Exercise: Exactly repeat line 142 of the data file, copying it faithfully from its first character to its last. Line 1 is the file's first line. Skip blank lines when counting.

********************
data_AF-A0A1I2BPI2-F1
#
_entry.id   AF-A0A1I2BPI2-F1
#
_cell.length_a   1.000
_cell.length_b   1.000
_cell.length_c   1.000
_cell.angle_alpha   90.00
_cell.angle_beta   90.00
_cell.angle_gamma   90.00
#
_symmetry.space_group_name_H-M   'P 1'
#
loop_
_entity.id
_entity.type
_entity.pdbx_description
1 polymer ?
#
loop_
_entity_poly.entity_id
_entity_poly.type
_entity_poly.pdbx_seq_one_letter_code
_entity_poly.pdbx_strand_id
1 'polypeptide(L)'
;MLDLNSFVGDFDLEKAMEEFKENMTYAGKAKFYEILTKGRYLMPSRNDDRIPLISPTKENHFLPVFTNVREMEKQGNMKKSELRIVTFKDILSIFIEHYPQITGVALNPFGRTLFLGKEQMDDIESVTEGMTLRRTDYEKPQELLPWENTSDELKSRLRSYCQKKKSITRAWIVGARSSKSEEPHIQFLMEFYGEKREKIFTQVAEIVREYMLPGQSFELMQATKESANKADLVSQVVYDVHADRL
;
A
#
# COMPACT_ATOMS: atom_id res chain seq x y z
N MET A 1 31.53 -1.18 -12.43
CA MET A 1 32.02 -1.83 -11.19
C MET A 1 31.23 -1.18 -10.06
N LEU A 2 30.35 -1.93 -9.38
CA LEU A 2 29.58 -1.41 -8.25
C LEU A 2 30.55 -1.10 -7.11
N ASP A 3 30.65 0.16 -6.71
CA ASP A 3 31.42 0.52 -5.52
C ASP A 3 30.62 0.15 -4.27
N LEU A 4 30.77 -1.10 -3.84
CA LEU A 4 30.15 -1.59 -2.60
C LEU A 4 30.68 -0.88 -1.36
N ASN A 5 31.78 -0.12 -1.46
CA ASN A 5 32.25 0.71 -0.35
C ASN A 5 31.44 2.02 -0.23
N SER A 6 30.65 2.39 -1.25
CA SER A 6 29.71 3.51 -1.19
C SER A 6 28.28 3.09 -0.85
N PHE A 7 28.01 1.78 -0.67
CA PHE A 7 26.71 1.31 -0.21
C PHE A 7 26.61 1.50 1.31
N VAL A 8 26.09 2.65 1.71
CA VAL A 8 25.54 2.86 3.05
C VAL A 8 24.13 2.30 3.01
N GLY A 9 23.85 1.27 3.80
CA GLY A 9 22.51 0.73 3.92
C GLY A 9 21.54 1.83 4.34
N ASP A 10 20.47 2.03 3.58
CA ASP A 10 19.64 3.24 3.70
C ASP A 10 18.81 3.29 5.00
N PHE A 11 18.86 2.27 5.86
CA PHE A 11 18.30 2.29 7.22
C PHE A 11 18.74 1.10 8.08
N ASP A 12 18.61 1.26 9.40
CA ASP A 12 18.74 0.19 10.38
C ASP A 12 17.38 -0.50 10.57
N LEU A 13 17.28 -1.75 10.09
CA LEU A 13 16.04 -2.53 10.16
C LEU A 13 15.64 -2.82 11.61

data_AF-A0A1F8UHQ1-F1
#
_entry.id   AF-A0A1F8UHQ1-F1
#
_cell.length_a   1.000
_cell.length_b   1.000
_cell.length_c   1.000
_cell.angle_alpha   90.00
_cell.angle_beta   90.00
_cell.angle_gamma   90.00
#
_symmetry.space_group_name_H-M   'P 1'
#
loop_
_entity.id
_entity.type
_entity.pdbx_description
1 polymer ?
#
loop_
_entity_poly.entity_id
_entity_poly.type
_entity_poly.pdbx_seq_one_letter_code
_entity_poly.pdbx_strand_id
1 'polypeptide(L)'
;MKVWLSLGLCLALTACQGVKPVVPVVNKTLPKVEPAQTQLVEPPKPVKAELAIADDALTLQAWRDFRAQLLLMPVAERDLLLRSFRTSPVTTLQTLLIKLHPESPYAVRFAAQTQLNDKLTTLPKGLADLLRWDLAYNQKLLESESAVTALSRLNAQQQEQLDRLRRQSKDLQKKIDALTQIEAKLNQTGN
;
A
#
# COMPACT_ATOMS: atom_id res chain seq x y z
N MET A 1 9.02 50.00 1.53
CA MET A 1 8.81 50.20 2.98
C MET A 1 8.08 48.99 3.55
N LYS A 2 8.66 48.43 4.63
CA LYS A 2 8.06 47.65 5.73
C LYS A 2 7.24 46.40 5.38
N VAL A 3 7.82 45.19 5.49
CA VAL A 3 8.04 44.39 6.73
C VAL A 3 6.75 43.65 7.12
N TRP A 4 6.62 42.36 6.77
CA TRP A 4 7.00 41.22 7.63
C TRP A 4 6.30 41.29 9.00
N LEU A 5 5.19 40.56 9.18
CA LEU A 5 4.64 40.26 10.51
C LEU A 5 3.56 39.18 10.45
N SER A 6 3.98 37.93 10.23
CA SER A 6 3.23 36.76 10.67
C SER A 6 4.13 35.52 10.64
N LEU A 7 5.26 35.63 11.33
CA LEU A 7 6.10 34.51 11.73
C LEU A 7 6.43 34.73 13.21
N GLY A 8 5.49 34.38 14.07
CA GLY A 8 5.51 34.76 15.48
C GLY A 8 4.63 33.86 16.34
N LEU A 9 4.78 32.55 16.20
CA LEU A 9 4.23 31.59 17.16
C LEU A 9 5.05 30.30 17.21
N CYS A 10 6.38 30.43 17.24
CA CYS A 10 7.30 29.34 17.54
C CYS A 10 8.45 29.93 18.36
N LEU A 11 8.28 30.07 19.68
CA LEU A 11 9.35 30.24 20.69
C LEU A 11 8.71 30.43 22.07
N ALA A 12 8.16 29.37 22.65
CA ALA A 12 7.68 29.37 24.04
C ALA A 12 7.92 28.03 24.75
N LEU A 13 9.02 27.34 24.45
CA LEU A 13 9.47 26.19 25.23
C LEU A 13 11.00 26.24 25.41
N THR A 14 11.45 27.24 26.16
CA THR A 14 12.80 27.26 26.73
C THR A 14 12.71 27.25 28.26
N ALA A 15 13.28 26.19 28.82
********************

N ALA A 15 13.28 26.19 28.82